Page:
Our featured publication for December is Oysterlight by Cheryl Pearson, published by Pindrop Press.
“In her poem ‘Girl as Star’, Cheryl Pearson writes about ‘a girl held together/by her own gravity’ and it seems to me that this book is held together by its own beautiful and finely-crafted gravity. The poems are built with care and love and with a deep conviction that language not only helps us to survive, it helps us to dance.” Ian McMillan
“Oysterlight is a shining debut, filled with nature, love, mythology. Cheryl Pearson gives a voice to angels, Daphne, Orpheus, Medusa, Penelope and Persephone in beautifully crafted poems of startling clarity. I loved it.” Carole Bromley
“From interviews with angels to glimpses of selkies, Oysterlight is a magical collection which makes the familiar strange. Cheryl Pearson guides us through landscapes where ‘ghosts are pressed in the print of our boots’. Enchanting, enchanted.” Helen Mort
Pre-dawn I wake, and your breathing finds me,
places me into this bed, this room, this
sudden not-quite-morning. You won’t mind me
folding into your side, so I fold; kiss
the tangled mat of hair on your bent arm;
smell the yeasty smell which makes your skin taste
of wheat. Once, in Wales, we went to a farm
where a similar smell rose from the waste
of horses – a homely smell, redolent
of good earth, heat, sweat, physical labour.
I tucked myself into you, nonchalant.
Breathed you in as I do now, bed-neighbour
on this dark dawn, as the clock enforces
order and you dream – perhaps of horses.
Things That Can Be Broken
The road’s back, under boots and drills.
A bad tooth on a peach-pit.
Silences. Mornings. Sleeping-spells.
Stars shivered up in a kicked bucket.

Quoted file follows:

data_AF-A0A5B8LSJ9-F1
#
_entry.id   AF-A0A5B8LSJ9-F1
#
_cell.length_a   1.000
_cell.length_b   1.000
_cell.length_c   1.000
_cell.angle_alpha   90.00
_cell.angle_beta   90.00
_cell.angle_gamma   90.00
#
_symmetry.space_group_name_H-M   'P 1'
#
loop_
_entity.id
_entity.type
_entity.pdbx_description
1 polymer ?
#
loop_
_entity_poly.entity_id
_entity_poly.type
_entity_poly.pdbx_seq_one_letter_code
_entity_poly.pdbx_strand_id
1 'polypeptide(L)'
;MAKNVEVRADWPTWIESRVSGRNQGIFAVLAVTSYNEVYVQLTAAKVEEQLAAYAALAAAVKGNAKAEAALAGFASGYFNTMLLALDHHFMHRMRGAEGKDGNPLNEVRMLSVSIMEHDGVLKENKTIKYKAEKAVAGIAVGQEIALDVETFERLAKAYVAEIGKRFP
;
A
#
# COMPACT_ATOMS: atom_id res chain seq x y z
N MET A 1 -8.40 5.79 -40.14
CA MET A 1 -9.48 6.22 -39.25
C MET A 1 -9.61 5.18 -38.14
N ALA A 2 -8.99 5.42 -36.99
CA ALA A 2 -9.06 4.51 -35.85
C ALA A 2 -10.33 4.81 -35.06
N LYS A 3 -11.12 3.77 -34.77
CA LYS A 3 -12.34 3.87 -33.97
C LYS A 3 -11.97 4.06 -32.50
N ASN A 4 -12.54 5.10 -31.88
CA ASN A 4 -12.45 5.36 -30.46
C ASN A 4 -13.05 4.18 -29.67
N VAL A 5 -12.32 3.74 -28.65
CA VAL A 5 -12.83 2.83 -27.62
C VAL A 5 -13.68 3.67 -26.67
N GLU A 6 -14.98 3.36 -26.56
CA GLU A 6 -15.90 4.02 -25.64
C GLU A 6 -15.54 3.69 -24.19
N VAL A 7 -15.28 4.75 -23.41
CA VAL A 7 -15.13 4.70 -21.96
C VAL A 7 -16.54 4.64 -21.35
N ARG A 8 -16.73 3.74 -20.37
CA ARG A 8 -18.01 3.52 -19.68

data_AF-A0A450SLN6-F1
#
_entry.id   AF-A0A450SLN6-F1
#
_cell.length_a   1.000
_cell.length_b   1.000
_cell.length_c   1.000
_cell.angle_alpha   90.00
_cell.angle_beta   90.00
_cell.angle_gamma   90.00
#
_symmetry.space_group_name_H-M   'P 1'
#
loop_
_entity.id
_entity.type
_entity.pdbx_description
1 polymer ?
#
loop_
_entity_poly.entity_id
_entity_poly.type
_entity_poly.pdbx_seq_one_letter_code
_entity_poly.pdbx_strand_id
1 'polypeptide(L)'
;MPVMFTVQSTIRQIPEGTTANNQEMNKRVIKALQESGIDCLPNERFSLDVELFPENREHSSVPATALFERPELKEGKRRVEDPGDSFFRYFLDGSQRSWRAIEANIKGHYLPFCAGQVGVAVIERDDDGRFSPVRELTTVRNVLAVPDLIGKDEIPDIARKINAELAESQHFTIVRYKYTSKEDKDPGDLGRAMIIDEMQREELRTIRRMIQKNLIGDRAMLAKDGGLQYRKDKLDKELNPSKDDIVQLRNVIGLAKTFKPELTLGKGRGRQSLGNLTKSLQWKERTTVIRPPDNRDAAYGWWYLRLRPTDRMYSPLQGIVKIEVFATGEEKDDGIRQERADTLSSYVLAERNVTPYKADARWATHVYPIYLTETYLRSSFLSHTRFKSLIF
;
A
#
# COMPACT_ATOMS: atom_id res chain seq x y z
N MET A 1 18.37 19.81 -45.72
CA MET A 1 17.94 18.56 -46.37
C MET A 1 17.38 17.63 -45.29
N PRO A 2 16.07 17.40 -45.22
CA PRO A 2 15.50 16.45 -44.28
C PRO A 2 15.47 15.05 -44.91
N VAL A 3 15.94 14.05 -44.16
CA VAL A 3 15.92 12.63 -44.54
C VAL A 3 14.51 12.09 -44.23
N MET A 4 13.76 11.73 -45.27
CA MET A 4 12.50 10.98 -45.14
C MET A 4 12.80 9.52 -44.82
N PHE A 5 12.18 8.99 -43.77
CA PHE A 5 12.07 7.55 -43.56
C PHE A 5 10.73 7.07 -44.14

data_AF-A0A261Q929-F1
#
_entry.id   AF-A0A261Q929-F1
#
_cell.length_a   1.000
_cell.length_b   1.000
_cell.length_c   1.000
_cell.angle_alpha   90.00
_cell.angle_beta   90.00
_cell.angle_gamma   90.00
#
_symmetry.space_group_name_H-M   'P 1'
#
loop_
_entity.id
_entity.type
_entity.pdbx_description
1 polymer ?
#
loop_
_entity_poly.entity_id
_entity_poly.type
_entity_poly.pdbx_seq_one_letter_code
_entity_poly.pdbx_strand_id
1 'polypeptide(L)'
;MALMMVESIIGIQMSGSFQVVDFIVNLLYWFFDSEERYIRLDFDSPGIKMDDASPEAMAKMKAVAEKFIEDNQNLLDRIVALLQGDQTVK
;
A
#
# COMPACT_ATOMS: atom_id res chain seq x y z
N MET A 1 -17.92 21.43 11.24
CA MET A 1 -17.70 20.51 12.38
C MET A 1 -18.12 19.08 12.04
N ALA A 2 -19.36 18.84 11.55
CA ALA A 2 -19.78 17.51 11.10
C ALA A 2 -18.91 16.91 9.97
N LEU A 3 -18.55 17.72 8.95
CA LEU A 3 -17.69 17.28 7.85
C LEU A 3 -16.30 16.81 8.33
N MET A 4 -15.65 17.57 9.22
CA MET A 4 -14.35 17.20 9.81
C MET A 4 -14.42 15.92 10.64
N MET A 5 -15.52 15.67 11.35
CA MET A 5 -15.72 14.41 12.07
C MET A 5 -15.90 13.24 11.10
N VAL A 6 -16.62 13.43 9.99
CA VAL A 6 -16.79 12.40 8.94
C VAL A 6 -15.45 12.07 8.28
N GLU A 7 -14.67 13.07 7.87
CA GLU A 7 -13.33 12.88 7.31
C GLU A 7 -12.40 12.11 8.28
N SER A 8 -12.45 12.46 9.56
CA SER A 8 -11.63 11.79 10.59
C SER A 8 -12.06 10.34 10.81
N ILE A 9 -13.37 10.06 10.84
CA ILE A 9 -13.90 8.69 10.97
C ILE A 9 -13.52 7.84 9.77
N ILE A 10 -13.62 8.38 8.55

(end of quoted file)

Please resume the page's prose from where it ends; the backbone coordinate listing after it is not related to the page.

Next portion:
A sick fingernail, ridged with infection.
Mirrors, and windows. A weak lock.
Sandcastle-keeps when the sea returns.
The braid of a fish-spine on a cutting block.
A Christmas wishbone in a pincer-grip.
A voice under fathoms of bad news.
A soft, dropped apple, coughing its pips.
A slow snail under careless shoes.
A fast. A heart. A sapling split
by axes, lightning, rot, disease.
A talcumed grandmother’s chalky hip.
Ice under boot-heels in a winter freeze.
A confidence. A promise. A fever. A skull.
A jilted bride, glittering like dew.
A horse’s leg on a difficult hurdle.
Bread, and circles. Me. You.
Joan Of Arc Waits For The Flames
They burned her horse first, made her watch
as they hustled his gleaming furniture into flame.
His tail, his mane, gone in a shock of sparks.
She hadn’t known a horse could scream like that.
Hadn’t known that pain came in layers, like an onion –
as one was stripped away, another, larger, moulded on the last,
gleamed underneath, brought burning water from her eyes.
When the fire reached his centre, she felt her own heart catch.
How soft then seemed the plates of her armour. How thin her skin,
through which grief flooded like sunlight through glass.
The thought of her own death, so close she could taste it –
fat-spit, lung-burn, sooted rib. Then out of her mind: the rope
of her Voice. Think cold as the flames peel away from your bones.
As her wrists were tied. As the torch-flame leaped. As her hems
and ankles lightened. Think snowmelt. Think
stalactite. Think ice-storms. Think stone.
Let my blood run backwards twenty-four months
to the source of this, the source of us. My salmon-cells leaping
back to the dark. Let my heart collapse softly
on the sack of itself, a balloon expelling you
breath by breath. Let my neck forget the syllables you left
with tongue and teeth; let my hands unlearn held
and remember release. Let my bones come loose
from the shape tucked into the sheets at night,
let the moon print newly minted light along my spine.
Let me rock shut like an oyster over the pearl
of what this has become. Which is everything. The world
I cannot conceive of losing. Let me go back further, just in case.
Stars, carbon. A universe of blank space.
Pre-Dawn and Things That Can Be Broken were both previously published in the Best of Manchester Poets anthologies (Puppywolf Press).
Cheryl Pearson lives in Manchester, and has been published widely in the UK and abroad. She won the Torbay Poetry Competition 2017 and the Cheshire Prize for Literature 2016. She has also been nominated for a Pushcart Prize. Her first collection, “Oysterlight”, is available now.
Oysterlight (Pindrop Press, 2017) is available to purchase from: http://www.pindroppress.com/books/Oysterlight.html